Regional variation in GP supply and its consequences for inpatient service utilisation
Population decline in Germany goes hand in hand with the shrinking supply of medical care, especially in rural areas. While the threat of undersupplied medical care in rural areas is well documented in the literature, little is known about the consequences of the undersupply of outpatient care for the utilisation of inpatient care. As such, the undersupply of outpatient medical care in rural areas can lead to higher utilisation of inpatient care due to both substitution effects and the disastrous health consequences if medical care is not received frequently or quickly enough.
This project analyses regional variation in the supply of general practitioners (GPs) and its consequences for inpatient service utilisation. The aim of this project is to provide evidence on the effect of the market concentration of general and medical practitioners on the individual frequency of hospitalisation.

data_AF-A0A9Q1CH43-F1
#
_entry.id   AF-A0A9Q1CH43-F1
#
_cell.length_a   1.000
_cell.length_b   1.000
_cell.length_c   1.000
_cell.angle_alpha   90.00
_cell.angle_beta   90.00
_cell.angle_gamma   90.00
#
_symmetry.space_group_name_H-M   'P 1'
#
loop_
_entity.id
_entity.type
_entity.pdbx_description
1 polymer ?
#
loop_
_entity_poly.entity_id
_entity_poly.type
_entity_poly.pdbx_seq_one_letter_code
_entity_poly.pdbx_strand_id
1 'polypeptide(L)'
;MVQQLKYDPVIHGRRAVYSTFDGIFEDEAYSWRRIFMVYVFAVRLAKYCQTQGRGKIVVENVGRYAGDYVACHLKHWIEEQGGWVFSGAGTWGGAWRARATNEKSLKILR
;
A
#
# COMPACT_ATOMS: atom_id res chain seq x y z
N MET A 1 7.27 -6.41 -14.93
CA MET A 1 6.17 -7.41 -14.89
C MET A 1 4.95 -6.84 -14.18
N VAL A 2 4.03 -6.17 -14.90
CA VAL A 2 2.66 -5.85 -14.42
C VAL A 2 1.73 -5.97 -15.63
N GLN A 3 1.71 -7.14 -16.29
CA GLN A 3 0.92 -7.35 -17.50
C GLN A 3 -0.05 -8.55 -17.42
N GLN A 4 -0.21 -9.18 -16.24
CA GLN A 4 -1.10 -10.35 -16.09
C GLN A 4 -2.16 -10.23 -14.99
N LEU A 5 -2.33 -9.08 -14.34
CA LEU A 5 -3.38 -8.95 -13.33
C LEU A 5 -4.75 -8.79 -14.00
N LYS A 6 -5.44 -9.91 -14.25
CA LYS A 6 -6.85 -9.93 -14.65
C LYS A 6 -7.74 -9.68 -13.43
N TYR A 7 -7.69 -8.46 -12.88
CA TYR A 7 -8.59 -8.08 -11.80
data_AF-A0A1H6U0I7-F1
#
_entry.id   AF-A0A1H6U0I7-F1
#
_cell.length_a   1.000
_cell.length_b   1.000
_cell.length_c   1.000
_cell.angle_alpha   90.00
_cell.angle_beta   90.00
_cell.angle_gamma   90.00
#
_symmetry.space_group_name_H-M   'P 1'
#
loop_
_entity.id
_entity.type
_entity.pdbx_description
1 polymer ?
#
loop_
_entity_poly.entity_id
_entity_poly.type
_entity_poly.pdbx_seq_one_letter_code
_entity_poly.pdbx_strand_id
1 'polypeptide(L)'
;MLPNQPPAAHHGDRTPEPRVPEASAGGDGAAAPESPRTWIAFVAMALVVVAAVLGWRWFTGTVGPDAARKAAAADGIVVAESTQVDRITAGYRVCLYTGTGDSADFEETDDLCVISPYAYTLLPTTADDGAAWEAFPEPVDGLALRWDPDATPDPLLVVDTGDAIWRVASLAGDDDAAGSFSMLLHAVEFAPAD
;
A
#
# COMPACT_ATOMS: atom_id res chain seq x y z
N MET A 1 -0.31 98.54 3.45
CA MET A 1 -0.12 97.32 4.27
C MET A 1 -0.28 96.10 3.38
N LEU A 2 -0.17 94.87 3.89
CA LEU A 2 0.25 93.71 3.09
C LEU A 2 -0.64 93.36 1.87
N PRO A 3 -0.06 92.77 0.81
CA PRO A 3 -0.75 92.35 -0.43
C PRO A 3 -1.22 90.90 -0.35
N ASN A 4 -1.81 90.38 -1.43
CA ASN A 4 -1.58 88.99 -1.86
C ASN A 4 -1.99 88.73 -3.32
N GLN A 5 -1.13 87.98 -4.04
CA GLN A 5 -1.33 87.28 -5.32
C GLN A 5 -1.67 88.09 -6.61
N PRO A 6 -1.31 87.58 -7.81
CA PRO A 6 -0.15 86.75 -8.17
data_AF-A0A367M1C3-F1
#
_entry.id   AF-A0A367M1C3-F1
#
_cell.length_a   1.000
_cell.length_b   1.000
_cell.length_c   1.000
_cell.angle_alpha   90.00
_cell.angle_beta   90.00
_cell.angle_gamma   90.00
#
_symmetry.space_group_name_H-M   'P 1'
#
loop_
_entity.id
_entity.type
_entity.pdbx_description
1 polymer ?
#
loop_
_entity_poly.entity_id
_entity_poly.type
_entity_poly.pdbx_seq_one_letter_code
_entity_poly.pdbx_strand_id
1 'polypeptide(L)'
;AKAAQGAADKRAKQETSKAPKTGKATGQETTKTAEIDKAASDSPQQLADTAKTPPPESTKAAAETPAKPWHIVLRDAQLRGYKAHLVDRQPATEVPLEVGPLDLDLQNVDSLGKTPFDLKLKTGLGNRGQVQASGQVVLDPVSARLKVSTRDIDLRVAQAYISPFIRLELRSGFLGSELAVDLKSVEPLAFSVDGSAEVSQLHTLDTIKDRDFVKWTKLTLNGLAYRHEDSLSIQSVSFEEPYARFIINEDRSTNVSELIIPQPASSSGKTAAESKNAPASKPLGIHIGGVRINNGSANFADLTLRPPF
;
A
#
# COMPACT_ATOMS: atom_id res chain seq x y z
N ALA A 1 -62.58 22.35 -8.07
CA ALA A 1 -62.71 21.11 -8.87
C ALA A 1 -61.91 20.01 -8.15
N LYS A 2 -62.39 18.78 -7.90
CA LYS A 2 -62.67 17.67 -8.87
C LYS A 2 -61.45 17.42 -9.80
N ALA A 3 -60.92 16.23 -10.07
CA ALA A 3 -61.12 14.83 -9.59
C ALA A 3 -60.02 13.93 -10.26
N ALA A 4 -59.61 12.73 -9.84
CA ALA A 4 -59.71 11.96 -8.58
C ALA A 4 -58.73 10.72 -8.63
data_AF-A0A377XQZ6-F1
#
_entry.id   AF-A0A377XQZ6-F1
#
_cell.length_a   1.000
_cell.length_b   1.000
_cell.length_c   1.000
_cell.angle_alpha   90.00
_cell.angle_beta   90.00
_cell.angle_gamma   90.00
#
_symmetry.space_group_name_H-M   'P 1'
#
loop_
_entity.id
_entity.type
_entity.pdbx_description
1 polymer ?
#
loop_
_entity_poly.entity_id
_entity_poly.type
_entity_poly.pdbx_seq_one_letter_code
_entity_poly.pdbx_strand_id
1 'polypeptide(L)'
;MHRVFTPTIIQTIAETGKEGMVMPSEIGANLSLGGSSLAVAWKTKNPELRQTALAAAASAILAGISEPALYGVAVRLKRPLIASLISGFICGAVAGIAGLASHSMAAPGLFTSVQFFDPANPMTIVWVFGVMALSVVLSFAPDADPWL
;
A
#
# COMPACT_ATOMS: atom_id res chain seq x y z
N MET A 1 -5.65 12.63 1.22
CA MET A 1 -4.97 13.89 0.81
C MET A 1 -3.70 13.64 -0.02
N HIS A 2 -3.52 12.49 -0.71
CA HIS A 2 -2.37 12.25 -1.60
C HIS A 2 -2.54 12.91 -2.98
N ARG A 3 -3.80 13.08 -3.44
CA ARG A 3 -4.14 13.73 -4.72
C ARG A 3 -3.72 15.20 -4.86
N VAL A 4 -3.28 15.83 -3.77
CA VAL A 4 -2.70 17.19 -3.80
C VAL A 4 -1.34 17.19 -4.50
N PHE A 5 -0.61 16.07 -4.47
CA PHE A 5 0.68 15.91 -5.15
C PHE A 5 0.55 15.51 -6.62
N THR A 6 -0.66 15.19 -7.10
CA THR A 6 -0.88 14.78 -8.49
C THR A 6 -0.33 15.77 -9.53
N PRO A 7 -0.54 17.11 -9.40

The results of this project will contribute to the existing literature, as the effect of GP supply on inpatient service utilisation has not been analysed so far in Germany. Moreover, the results would have high political relevance, as they will contribute to the ongoing public debate on incentives for general and medical practitioners to settle in rural regions.